I first started working in the startup scene as an intern at a company that sold designer tech accessories. In my mind I hit the big time. A few months in I start noticing signs that things might not be as peachy as they appear, but rising sales and optimistic bosses kept doubts from developing into alarm.
I decided against joining them and in hindsight I’m glad I didn’t – sales dropped and staff got laid off. Here are a series of considerations that would have made my decision a lot easier.
How much will I get paid and how will I earn it?
First thing’s first, you’ll want to consider how your pay and benefits are structured. Sometimes what you earn is tied to quotas, goals or commission which – depending on the job – might actually pay off better in the long run. Do the math. With startups in particular your compensation might come in the form of equity or stocks, meaning that you’ll have to contemplate both the risks and the opportunities that this entails.
Ask yourself: How will I get paid? How does it stack up compared the market average for my field? What are the risks and opportunity costs?
Why am I being hired and how am I expected to perform?
With your compensation out of the way, the next step is to get an idea of what you’ll be doing for the company. Sometimes even the fattest paycheck is not enough to keep you happy doing work that leaves you feeling underutilized or overlooked.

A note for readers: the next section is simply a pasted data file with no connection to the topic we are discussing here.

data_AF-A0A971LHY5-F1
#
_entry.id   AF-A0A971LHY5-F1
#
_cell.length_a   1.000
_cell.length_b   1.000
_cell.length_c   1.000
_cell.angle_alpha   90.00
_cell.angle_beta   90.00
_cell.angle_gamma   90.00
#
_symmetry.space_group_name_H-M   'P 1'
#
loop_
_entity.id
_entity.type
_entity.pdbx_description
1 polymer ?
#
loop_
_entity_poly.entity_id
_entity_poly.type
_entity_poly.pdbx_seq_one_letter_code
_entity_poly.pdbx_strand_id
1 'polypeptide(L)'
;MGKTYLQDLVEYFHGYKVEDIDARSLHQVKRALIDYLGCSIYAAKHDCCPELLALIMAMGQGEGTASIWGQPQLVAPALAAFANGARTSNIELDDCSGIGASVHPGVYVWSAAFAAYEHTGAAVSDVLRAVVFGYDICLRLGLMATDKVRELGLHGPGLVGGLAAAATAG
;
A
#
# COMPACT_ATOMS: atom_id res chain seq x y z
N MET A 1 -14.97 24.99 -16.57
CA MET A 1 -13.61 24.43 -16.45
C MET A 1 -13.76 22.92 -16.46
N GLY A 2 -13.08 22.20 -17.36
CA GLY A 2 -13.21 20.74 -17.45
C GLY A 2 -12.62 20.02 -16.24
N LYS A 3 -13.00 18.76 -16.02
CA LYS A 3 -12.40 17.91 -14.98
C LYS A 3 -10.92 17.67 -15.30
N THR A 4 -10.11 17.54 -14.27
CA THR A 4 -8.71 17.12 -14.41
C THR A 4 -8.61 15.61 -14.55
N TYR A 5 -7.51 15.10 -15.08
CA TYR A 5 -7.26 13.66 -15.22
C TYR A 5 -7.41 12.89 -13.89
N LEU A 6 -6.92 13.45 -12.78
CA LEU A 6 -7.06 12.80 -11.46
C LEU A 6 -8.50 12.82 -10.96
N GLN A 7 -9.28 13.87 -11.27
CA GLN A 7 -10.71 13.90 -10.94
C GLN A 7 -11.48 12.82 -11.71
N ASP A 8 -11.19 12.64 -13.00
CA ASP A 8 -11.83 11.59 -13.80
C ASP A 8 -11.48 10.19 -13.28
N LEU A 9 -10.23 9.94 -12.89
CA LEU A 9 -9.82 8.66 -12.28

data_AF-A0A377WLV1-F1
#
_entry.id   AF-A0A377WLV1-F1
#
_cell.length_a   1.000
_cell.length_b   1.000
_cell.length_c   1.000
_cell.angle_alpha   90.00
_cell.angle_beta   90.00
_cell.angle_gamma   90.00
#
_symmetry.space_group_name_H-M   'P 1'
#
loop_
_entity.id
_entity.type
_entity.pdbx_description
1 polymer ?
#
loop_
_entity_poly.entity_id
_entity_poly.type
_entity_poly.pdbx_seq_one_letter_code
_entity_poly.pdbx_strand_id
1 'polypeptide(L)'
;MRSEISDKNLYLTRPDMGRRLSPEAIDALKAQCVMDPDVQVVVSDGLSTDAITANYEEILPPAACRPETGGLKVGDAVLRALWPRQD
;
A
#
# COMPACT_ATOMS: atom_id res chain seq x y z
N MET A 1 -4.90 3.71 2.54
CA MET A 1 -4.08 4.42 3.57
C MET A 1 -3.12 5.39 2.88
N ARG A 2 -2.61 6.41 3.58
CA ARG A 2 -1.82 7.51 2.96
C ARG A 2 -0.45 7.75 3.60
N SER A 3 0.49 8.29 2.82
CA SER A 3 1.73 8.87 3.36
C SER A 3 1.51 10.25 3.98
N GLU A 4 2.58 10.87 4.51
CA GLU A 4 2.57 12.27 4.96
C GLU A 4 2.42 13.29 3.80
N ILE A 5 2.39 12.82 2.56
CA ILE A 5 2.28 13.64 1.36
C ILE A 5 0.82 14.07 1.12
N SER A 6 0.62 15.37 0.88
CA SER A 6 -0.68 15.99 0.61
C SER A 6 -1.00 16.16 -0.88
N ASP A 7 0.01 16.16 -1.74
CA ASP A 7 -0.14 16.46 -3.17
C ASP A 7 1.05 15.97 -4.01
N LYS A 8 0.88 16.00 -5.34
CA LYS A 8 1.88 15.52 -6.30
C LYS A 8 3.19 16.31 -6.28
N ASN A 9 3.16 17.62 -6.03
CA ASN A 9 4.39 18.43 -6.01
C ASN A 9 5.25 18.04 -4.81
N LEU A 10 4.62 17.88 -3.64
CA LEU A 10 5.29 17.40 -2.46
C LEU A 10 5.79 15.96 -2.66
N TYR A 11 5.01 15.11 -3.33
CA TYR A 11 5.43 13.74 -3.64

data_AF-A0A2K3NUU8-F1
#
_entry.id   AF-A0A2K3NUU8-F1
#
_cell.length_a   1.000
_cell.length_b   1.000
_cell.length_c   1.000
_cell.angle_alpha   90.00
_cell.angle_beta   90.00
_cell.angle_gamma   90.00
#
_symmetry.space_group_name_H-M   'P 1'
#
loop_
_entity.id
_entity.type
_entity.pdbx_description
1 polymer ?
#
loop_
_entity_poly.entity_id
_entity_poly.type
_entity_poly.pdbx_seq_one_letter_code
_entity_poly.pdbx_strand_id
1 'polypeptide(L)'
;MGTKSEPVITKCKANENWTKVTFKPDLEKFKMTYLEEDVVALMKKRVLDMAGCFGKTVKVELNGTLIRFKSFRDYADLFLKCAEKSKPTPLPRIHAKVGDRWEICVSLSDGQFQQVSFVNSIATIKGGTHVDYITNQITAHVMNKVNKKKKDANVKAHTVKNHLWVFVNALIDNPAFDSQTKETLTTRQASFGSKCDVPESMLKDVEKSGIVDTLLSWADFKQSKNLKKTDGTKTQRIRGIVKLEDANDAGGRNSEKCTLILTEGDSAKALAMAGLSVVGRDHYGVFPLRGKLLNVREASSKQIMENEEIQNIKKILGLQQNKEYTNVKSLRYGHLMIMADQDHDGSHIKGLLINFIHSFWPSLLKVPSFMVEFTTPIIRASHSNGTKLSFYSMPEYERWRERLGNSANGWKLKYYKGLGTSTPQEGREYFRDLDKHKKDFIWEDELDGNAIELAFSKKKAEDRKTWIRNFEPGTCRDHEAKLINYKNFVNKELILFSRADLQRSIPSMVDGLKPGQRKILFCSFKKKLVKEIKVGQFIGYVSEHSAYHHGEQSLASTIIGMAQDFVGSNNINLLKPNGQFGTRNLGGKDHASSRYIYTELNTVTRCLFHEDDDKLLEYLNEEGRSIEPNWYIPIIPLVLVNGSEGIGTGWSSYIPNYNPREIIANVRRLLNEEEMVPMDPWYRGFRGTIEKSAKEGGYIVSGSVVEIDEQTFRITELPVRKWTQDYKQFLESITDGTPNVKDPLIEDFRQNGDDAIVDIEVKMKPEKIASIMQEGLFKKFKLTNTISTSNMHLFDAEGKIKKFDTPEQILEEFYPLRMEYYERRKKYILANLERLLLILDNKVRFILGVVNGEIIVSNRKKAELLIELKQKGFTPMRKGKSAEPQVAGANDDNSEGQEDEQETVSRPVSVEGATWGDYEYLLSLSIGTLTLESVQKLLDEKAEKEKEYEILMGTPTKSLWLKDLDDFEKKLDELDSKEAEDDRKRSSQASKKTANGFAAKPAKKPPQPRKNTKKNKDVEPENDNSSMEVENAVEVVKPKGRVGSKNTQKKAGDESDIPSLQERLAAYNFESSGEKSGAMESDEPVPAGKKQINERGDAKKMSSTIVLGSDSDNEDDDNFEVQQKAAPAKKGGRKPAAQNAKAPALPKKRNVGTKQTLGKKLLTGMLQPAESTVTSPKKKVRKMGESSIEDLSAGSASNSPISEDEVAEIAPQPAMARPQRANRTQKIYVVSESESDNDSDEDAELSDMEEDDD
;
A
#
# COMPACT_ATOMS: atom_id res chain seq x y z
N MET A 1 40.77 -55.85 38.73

You’ll want to consider flexibility. Whether it’s a role in sales, development or design, it’s a good idea to make sure that your method fits the norm at the prospective company. Aim for a balance that has you feeling comfortable at work, but also provides you with challenge. Boredom is a serious risk, so don’t make it too easy for yourself.
Who will I be working with and what’s the culture like?
While it may depend on your the type of job you’re looking for, your co-workers can make or break the job. Generally speaking, startups are small, like-minded and closely knit teams, but this isn’t guaranteed. Imagine how you’ll fit in and what kind of people you’ll be interacting with.
Consider the potential conflicts and opportunities that might arise and how they can affect your contributions to the company. Take some time to get to know the team and the culture that surrounds it.
Where will I be working from and how will I get there?
Whether you’re working remotely or in an office, location is important. We’re not talking about the fancy headquarters or elaborate lunch arrangements.
There are a lot of things to look for when it comes to location like timezones, accessibility and proximity to the team. One of the most obvious problems being travelling. A two hour commute can take its toll on your daily routine. It’s time you’d otherwise use to cook yourself a nice meal, settle down a with a nice book or even spending time with loved ones.
Where is this company headed and do I believe in it?
Last but not least, we look towards the future. Picking a winner is easier said than done, but it doesn’t hurt to take a good look at the direction the company is headed in. Watch for red flags like faulty communication, an unfriendly office culture and overzealous or incompetent leadership. But also positive signs like: happy customers, responsible management or an adorable office dog.
Looking back, this was the most important thing I ended up ignoring. What might be a smooth sailing startup today, might be a sinking ship tomorrow. So ask yourself: Would I do business with this company all things considered? If the answer is yes, you’ve got a keeper.